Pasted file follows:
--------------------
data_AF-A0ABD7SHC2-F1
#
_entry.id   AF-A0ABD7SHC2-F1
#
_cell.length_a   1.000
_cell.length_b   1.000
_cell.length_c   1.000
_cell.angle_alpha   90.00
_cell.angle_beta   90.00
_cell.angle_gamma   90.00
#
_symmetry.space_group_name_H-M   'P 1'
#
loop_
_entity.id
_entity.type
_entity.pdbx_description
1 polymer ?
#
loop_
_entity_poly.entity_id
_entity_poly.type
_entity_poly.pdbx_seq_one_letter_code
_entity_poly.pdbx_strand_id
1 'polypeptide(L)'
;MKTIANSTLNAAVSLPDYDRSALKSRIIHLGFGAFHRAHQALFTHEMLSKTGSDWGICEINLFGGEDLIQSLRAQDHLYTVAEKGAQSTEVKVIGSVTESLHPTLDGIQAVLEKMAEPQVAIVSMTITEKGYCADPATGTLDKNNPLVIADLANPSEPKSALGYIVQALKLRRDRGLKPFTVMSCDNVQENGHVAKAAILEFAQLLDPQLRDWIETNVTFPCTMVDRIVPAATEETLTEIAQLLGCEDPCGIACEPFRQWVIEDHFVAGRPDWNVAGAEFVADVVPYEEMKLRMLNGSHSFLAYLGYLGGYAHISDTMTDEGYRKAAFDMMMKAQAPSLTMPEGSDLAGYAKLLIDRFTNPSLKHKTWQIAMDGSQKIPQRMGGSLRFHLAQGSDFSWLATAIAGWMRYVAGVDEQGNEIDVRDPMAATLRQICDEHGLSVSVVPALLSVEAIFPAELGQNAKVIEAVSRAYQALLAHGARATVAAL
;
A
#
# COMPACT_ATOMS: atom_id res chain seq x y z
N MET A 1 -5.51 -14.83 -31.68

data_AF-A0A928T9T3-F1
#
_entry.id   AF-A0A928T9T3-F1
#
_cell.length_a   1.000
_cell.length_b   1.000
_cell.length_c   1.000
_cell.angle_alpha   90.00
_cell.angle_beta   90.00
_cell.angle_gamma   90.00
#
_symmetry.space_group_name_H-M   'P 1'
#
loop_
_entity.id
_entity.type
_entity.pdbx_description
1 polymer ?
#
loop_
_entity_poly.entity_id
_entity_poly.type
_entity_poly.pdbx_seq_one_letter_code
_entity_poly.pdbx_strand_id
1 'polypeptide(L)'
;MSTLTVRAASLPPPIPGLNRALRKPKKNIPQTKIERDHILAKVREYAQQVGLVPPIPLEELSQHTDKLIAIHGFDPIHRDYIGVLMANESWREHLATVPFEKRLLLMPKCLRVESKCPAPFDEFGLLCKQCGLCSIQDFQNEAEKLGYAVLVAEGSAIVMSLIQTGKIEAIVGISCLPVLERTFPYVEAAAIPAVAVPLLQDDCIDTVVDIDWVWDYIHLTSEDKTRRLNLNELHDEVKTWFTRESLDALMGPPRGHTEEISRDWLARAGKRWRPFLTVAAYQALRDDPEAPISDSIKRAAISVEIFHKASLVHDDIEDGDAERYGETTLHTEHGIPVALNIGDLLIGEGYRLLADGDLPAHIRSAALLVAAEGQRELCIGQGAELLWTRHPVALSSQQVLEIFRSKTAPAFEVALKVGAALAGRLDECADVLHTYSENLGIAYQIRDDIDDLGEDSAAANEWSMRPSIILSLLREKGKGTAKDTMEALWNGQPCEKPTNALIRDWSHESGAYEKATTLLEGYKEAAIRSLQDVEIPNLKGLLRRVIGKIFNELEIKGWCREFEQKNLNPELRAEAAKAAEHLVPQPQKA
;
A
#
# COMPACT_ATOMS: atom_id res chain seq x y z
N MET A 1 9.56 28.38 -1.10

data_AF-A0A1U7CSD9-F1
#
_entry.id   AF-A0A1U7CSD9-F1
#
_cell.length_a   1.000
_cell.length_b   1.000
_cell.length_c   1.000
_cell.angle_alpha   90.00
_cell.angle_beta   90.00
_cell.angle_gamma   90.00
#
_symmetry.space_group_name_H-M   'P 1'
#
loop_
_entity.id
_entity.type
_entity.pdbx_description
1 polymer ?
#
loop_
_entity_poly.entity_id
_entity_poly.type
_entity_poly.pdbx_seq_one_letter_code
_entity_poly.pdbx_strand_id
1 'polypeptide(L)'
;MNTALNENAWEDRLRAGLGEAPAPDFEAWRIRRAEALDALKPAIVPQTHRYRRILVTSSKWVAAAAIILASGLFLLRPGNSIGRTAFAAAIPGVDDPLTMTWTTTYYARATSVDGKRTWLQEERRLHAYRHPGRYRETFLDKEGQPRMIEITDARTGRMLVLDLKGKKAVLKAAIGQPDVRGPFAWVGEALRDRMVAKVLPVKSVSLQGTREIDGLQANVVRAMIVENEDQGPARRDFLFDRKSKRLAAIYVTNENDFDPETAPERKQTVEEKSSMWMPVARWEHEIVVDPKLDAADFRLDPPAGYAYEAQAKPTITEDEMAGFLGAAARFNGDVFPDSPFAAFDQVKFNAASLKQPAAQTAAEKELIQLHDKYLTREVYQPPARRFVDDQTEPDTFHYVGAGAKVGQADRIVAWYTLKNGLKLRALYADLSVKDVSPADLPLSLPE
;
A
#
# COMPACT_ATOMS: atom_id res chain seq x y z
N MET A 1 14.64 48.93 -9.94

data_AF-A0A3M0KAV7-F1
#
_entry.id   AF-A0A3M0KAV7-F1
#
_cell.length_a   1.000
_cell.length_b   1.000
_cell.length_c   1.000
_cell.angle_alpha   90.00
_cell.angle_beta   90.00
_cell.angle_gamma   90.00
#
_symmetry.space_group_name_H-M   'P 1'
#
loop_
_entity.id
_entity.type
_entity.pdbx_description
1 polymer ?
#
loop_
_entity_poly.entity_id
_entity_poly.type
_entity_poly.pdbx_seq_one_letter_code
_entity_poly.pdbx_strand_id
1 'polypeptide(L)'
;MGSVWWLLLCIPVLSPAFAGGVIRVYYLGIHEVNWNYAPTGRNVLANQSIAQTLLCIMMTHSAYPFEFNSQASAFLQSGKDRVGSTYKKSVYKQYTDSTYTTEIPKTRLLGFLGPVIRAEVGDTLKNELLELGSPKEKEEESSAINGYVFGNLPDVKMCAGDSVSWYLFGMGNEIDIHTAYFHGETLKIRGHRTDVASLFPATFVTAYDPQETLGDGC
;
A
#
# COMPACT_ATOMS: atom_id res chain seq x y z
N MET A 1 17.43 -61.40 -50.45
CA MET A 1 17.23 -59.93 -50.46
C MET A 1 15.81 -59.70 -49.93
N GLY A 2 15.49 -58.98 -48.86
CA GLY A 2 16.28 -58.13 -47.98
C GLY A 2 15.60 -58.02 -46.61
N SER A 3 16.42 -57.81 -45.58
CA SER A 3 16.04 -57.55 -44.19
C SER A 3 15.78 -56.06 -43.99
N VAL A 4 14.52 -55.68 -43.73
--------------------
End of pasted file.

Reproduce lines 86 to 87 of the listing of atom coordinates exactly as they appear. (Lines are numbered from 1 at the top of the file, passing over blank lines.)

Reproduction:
_entity_poly.pdbx_strand_id
1 'polypeptide(L)'